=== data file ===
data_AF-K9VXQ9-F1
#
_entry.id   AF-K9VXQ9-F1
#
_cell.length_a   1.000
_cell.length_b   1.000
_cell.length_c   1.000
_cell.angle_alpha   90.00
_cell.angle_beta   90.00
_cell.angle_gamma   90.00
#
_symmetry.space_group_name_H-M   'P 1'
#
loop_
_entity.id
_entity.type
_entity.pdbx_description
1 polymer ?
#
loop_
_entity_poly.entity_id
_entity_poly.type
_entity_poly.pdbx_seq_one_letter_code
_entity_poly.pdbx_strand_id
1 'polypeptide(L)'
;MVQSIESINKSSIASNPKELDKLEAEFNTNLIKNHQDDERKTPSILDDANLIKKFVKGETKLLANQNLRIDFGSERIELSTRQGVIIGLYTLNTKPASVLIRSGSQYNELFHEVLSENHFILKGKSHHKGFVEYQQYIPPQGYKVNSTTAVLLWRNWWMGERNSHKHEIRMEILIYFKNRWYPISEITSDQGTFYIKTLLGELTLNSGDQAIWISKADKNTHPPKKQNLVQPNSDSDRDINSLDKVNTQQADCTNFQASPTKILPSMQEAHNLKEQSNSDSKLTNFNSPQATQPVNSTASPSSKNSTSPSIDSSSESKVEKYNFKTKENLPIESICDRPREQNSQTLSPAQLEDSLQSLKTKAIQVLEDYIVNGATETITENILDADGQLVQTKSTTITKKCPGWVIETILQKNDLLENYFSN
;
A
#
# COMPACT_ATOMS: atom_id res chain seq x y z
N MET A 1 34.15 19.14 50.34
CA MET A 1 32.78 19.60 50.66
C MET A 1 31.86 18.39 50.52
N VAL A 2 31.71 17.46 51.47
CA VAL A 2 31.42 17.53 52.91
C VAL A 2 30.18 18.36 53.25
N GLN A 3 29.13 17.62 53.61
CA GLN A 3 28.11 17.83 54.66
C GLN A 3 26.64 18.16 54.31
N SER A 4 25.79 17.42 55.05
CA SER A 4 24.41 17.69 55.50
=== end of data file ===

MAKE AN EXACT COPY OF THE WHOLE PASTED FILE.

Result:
data_AF-K9VXQ9-F1
#
_entry.id   AF-K9VXQ9-F1
#
_cell.length_a   1.000
_cell.length_b   1.000
_cell.length_c   1.000
_cell.angle_alpha   90.00
_cell.angle_beta   90.00
_cell.angle_gamma   90.00
#
_symmetry.space_group_name_H-M   'P 1'
#
loop_
_entity.id
_entity.type
_entity.pdbx_description
1 polymer ?
#
loop_
_entity_poly.entity_id
_entity_poly.type
_entity_poly.pdbx_seq_one_letter_code
_entity_poly.pdbx_strand_id
1 'polypeptide(L)'
;MVQSIESINKSSIASNPKELDKLEAEFNTNLIKNHQDDERKTPSILDDANLIKKFVKGETKLLANQNLRIDFGSERIELSTRQGVIIGLYTLNTKPASVLIRSGSQYNELFHEVLSENHFILKGKSHHKGFVEYQQYIPPQGYKVNSTTAVLLWRNWWMGERNSHKHEIRMEILIYFKNRWYPISEITSDQGTFYIKTLLGELTLNSGDQAIWISKADKNTHPPKKQNLVQPNSDSDRDINSLDKVNTQQADCTNFQASPTKILPSMQEAHNLKEQSNSDSKLTNFNSPQATQPVNSTASPSSKNSTSPSIDSSSESKVEKYNFKTKENLPIESICDRPREQNSQTLSPAQLEDSLQSLKTKAIQVLEDYIVNGATETITENILDADGQLVQTKSTTITKKCPGWVIETILQKNDLLENYFSN
;
A
#
# COMPACT_ATOMS: atom_id res chain seq x y z
N MET A 1 34.15 19.14 50.34
CA MET A 1 32.78 19.60 50.66
C MET A 1 31.86 18.39 50.52
N VAL A 2 31.71 17.46 51.47
CA VAL A 2 31.42 17.53 52.91
C VAL A 2 30.18 18.36 53.25
N GLN A 3 29.13 17.62 53.61
CA GLN A 3 28.11 17.83 54.66
C GLN A 3 26.64 18.16 54.31
N SER A 4 25.79 17.42 55.05
CA SER A 4 24.41 17.69 55.50